The NBA is trying to start next season before the new year, likely with teams playing in home markets. And on top of that, teams could have fans at games. Let’s assume the Washington Wizards do start the season in late December and that the D.C. government allows fans in the stands at Capital One Arena. How could it look like?
Socially distanced crowds and face masks will be in full effect
The Jacksonville Jaguars were among the first NFL teams to allow fan seating at the start of the 2020 season this fall. That has required groups of fans to remain in pods but remain socially distances from other pods in the stands. According to their stadium, up to 25 percent of the arena can be filled.
In the State of Maryland, where the Washington Football Team and the Baltimore Ravens play, the state government has recently allowed the teams to have fans at up to 10 percent of capacity. For the Ravens specifically, they can sell up to 5,000 tickets for their next games. For WFT, that’s about 8,000 fans for their Nov. 8 game against the New York Giants.
In addition to the NFL, the MLB held some playoff games, including the NLCS and World Series in front of limited crowds of about 28 percent capacity (or 11,500 people) at a neutral site in Arlington, Texas where the Rangers play. Part of the reason why was because Texas had more lenient laws allowing fans in stands.
Capital One Arena can have similar procedures to allow fans in the building. And since the D.C. government mandates that everyone wear a face mask indoors anyway, that will continue as well. As for capacity, given that this is an indoor venue where the coronavirus can spread more easily, it’s more likely that the capacity limit will be closer to 10 percent than 25. We can’t say for sure because a different government will make the call, and this is an indoor venue.
No courtside seating and no direct fan and player interaction
Unlike the NFL, NBA fans can sit right at the court, if they have the money of course. But in the age of social distancing, fans shouldn’t just sit some distance from each other. They also should sit at a social distance from teams. Given that teams would still be traveling regularly in this scenario, there would probably need to be a bigger buffer zone between the court and fans who sit closest to the game.
That affects more that just the celebrities who want to sit shoulder to shoulder with Bradley Beal and John Wall. The kids in the high five line and the ballboys won’t be on next season either — or at least they shouldn’t.
More contactless points of purchase
Our world is becoming more technology oriented with payments, so this will not be too different. Tickets will likely be only electronic on a phone. And the stores may not accept cash altogether.
Not a guarantee, but alcohol sales could be banned
Beyond its effects as a depressant that can impair driving skills, alcohol impairs judgement. In this day and age, alcohol will make people less likely to wear masks, thinking that they’re invincible. You’ve seen it at the outdoor biergardens and the lines to get into them in Arlington and D.C.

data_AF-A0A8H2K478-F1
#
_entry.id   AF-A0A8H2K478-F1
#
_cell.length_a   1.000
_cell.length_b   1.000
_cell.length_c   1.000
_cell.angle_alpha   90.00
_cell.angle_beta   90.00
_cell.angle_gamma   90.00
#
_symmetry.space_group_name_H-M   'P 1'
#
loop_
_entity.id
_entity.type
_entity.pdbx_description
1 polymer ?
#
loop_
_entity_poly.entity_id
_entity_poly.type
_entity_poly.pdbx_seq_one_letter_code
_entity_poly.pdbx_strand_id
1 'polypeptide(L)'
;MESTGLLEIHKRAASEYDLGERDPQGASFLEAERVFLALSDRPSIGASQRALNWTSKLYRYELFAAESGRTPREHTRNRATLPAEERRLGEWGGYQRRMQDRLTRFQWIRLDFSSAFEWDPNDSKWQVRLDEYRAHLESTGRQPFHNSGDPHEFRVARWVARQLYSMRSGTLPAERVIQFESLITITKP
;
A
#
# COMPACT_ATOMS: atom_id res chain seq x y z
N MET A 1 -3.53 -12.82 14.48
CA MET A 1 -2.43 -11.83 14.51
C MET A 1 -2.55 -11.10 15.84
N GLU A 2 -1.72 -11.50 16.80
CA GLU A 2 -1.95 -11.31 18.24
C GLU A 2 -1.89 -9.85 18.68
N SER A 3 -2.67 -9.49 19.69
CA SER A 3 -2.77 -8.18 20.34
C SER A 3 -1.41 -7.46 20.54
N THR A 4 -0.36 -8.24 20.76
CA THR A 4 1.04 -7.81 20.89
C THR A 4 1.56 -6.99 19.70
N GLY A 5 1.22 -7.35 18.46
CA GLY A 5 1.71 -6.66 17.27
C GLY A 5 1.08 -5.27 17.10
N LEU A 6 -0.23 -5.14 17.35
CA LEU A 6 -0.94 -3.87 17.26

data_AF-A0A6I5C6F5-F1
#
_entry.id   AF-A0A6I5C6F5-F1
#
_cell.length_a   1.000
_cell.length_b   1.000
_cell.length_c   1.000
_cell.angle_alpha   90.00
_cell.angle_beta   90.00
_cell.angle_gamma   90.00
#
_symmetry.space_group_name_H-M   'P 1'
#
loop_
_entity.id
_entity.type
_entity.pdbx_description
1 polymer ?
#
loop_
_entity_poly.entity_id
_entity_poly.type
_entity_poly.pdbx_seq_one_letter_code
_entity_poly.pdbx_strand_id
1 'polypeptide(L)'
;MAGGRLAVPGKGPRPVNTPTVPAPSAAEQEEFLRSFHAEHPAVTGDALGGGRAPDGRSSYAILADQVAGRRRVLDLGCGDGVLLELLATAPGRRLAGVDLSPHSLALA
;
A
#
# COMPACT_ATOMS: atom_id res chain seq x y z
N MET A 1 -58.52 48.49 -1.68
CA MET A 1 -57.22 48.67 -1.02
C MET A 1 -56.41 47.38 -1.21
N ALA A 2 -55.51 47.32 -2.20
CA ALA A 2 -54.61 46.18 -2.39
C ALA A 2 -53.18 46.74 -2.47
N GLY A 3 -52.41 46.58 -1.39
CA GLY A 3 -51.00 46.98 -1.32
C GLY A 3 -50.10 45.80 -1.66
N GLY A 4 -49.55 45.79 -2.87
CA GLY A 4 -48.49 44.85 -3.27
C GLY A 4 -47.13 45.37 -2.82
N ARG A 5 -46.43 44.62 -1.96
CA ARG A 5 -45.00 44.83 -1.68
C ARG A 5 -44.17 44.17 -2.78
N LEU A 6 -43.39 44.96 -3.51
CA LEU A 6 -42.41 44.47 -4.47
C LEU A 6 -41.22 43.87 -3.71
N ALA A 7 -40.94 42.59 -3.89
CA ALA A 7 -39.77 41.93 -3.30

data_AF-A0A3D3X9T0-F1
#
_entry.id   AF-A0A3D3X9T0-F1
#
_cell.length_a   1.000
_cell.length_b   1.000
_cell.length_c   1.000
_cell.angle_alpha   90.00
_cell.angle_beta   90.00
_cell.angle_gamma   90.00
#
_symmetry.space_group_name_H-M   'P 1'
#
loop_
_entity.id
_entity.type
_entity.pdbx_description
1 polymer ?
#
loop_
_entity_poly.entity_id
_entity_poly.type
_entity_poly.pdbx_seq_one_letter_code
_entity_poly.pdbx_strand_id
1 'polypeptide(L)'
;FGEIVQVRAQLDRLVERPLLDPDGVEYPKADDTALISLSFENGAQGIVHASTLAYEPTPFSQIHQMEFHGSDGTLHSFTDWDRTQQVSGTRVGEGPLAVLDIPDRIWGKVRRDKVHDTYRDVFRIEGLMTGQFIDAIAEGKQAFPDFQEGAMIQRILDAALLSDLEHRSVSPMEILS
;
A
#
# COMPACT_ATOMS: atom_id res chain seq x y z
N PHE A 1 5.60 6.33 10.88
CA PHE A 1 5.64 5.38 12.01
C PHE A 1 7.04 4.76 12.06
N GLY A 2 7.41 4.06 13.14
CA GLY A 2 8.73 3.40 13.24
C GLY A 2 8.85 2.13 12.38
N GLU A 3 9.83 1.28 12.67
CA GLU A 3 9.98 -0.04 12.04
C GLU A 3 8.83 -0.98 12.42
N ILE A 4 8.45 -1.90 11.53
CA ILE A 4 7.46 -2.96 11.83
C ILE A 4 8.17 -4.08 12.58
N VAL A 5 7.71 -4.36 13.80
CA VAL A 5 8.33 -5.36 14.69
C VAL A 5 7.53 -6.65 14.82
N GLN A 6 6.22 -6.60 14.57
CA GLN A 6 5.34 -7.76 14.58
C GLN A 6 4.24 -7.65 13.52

Yes, beer and wine prices are expensive in the arena. But still, I’d ban alcohol sales in sports venues this season. After all, fans will take their masks off when they’re eating that $10 hotdog anyway.
Season ticket holders will be the first people to buy tickets. They will otherwise be allowed to credit payments for the 2021-22 NBA season
The Wizards, like all NBA teams, sell more than half of their seats per game, even if some of them don’t attend. They sell a significant amount of season tickets, well above 10 percent of Capital One Arena’s capacity.
Since season ticket holders spend the most money for games, they can be expected to be the first people to get an opportunity to purchase seats. If they don’t want to purchase tickets, then their season ticket payments will be applied to the 2021-22 NBA season with no penalty or loss of seniority.
And so you know, I am a Wizards season ticket holder.
Coronavirus-specific waivers will be added into the legalese of buying a ticket
Businesses, like Monumental Sports & Entertainment, the Wizards’ owning entity need to make money to survive. Times are tough for them right now since there are no events with fans or attendees. Having some fans in the stands will help cushion the blow they are currently receiving. But since we are in the middle of the coronavirus pandemic, that raises the concern that a Wizards or Washington Capitals game with fans becomes a super spreader event this winter, even if fans are masked up.
Let’s say that a game does become a coronavirus super spreader event. If so, will fans who contract the virus may want to sue the arena operator, owner, and event promoter. In Capital One Arena’s case, Monumental is the owner and operator of the building. Monumental would also own one of the teams in a game. And finally, the NBA (or NHL in the Capitals’ case) could get sued too.
All game tickets have terms and services with legal language, that include that they aren’t responsible for various things, like lost items. If there are some specific coronavirus waivers in these terms and services, then that will deter frivolous lawsuits from people who knew what they were getting into beforehand. This isn’t something people will notice right away, but I can bet this will happen.
If the NBA season started this winter with fans, I wouldn’t attend any sports games in person and I discourage you from doing the same. Safety from the coronavirus comes first.
That said, I understand that people should also live their lives — and most people aren’t willfully reckless. We don’t have too many “anti-maskers” in the DMV, fortunately.
But would you attend Wizards games if the season started in the winter and fans were allowed? What changes can you see at Capital One Arena in the months ahead? Let us know in the comments below.